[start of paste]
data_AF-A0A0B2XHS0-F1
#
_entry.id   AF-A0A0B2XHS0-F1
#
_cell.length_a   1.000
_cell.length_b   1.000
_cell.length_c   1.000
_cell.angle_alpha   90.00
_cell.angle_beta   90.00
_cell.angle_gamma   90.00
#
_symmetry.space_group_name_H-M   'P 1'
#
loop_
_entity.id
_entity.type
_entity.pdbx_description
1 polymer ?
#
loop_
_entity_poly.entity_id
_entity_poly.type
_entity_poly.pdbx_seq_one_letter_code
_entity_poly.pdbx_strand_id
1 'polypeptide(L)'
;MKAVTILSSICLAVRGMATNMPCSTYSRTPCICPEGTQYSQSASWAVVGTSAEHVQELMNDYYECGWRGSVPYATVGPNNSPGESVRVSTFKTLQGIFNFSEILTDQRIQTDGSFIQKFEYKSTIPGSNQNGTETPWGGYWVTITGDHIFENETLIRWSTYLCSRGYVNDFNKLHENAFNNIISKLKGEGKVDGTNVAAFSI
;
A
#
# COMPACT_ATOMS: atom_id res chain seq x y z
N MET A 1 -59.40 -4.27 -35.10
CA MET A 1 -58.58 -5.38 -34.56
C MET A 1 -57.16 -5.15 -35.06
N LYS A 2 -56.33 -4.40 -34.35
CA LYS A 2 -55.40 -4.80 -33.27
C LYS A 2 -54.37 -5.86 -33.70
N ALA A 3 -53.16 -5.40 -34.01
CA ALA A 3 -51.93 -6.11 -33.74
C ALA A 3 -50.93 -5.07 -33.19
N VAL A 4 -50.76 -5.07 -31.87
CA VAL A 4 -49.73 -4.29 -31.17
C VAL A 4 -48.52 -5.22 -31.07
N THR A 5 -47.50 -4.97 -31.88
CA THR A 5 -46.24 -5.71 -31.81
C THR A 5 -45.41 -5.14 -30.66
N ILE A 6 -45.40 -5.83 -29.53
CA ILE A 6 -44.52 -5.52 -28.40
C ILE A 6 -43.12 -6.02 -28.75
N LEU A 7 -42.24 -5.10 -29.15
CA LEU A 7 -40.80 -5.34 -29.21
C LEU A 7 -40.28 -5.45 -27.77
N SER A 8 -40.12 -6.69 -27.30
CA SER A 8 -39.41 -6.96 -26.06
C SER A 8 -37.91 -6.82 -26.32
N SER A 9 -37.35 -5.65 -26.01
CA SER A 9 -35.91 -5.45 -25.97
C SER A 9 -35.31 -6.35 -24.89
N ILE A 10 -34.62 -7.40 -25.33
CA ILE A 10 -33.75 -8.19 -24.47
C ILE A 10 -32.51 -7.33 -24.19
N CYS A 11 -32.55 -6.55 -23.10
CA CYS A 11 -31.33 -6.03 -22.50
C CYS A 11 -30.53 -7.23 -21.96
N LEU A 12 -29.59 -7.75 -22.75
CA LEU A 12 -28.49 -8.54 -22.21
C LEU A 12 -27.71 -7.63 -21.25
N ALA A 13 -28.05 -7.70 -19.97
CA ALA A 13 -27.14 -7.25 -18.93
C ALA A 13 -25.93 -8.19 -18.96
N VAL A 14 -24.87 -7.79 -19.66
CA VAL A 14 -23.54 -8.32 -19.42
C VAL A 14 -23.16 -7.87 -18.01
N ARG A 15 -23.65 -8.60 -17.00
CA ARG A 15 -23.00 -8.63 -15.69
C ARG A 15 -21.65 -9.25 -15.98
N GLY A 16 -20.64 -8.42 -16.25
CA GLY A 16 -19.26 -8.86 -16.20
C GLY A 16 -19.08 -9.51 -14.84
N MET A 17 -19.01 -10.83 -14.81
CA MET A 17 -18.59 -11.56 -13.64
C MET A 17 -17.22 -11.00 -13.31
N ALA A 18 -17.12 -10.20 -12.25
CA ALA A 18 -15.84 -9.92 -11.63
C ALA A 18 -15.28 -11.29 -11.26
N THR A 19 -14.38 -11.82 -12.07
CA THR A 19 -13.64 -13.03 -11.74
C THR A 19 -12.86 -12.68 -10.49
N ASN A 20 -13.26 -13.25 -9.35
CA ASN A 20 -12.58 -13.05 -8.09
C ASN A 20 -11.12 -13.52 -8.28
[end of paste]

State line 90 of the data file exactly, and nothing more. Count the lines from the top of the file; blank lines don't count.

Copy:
C ASN A 20 -11.12 -13.52 -8.28